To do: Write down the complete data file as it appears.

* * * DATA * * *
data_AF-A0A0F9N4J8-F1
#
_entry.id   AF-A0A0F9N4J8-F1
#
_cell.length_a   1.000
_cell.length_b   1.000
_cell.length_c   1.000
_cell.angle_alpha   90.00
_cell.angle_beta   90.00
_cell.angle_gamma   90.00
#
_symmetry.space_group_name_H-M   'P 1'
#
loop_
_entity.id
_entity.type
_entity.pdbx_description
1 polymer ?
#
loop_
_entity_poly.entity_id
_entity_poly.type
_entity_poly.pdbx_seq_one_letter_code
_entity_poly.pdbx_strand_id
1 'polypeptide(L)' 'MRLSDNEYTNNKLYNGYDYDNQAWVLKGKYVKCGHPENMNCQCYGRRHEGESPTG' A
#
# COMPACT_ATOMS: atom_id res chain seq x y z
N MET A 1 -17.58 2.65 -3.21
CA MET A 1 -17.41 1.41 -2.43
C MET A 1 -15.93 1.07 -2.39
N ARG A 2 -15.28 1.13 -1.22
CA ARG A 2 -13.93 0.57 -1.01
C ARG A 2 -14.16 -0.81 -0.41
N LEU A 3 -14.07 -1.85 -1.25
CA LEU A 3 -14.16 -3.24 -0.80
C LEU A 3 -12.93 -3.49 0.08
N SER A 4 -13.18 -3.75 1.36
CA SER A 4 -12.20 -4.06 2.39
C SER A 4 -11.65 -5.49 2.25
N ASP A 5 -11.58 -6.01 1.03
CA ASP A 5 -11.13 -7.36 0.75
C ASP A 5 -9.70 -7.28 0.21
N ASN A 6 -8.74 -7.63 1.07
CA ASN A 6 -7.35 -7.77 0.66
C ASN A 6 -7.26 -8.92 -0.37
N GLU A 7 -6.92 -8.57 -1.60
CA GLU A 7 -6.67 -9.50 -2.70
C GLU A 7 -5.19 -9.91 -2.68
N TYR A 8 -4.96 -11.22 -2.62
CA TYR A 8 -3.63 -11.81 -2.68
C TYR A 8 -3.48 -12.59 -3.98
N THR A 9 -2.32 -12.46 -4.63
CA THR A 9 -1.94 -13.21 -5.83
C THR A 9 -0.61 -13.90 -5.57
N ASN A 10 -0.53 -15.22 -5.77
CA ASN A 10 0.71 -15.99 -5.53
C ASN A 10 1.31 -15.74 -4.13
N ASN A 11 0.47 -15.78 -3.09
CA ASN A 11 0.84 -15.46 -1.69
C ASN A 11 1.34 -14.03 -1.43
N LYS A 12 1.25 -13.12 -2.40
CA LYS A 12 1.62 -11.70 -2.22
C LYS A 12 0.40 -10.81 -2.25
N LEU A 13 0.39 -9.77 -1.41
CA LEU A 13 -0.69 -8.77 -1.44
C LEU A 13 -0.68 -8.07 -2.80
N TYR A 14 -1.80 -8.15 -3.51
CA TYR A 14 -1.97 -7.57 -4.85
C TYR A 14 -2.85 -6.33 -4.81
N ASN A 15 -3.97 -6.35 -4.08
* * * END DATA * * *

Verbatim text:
data_AF-A0A0F9N4J8-F1
#
_entry.id   AF-A0A0F9N4J8-F1
#
_cell.length_a   1.000
_cell.length_b   1.000
_cell.length_c   1.000
_cell.angle_alpha   90.00
_cell.angle_beta   90.00
_cell.angle_gamma   90.00
#
_symmetry.space_group_name_H-M   'P 1'
#
loop_
_entity.id
_entity.type
_entity.pdbx_description
1 polymer ?
#
loop_
_entity_poly.entity_id
_entity_poly.type
_entity_poly.pdbx_seq_one_letter_code
_entity_poly.pdbx_strand_id
1 'polypeptide(L)' 'MRLSDNEYTNNKLYNGYDYDNQAWVLKGKYVKCGHPENMNCQCYGRRHEGESPTG' A
#
# COMPACT_ATOMS: atom_id res chain seq x y z
N MET A 1 -17.58 2.65 -3.21
CA MET A 1 -17.41 1.41 -2.43
C MET A 1 -15.93 1.07 -2.39
N ARG A 2 -15.28 1.13 -1.22
CA ARG A 2 -13.93 0.57 -1.01
C ARG A 2 -14.16 -0.81 -0.41
N LEU A 3 -14.07 -1.85 -1.25
CA LEU A 3 -14.16 -3.24 -0.80
C LEU A 3 -12.93 -3.49 0.08
N SER A 4 -13.18 -3.75 1.36
CA SER A 4 -12.20 -4.06 2.39
C SER A 4 -11.65 -5.49 2.25
N ASP A 5 -11.58 -6.01 1.03
CA ASP A 5 -11.13 -7.36 0.75
C ASP A 5 -9.70 -7.28 0.21
N ASN A 6 -8.74 -7.63 1.07
CA ASN A 6 -7.35 -7.77 0.66
C ASN A 6 -7.26 -8.92 -0.37
N GLU A 7 -6.92 -8.57 -1.60
CA GLU A 7 -6.67 -9.50 -2.70
C GLU A 7 -5.19 -9.91 -2.68
N TYR A 8 -4.96 -11.22 -2.62
CA TYR A 8 -3.63 -11.81 -2.68
C TYR A 8 -3.48 -12.59 -3.98
N THR A 9 -2.32 -12.46 -4.63
CA THR A 9 -1.94 -13.21 -5.83
C THR A 9 -0.61 -13.90 -5.57
N ASN A 10 -0.53 -15.22 -5.77
CA ASN A 10 0.71 -15.99 -5.53
C ASN A 10 1.31 -15.74 -4.13
N ASN A 11 0.47 -15.78 -3.09
CA ASN A 11 0.84 -15.46 -1.69
C ASN A 11 1.34 -14.03 -1.43
N LYS A 12 1.25 -13.12 -2.40
CA LYS A 12 1.62 -11.70 -2.22
C LYS A 12 0.40 -10.81 -2.25
N LEU A 13 0.39 -9.77 -1.41
CA LEU A 13 -0.69 -8.77 -1.44
C LEU A 13 -0.68 -8.07 -2.80
N TYR A 14 -1.80 -8.15 -3.51
CA TYR A 14 -1.97 -7.57 -4.85
C TYR A 14 -2.85 -6.33 -4.81
N ASN A 15 -3.97 -6.35 -4.08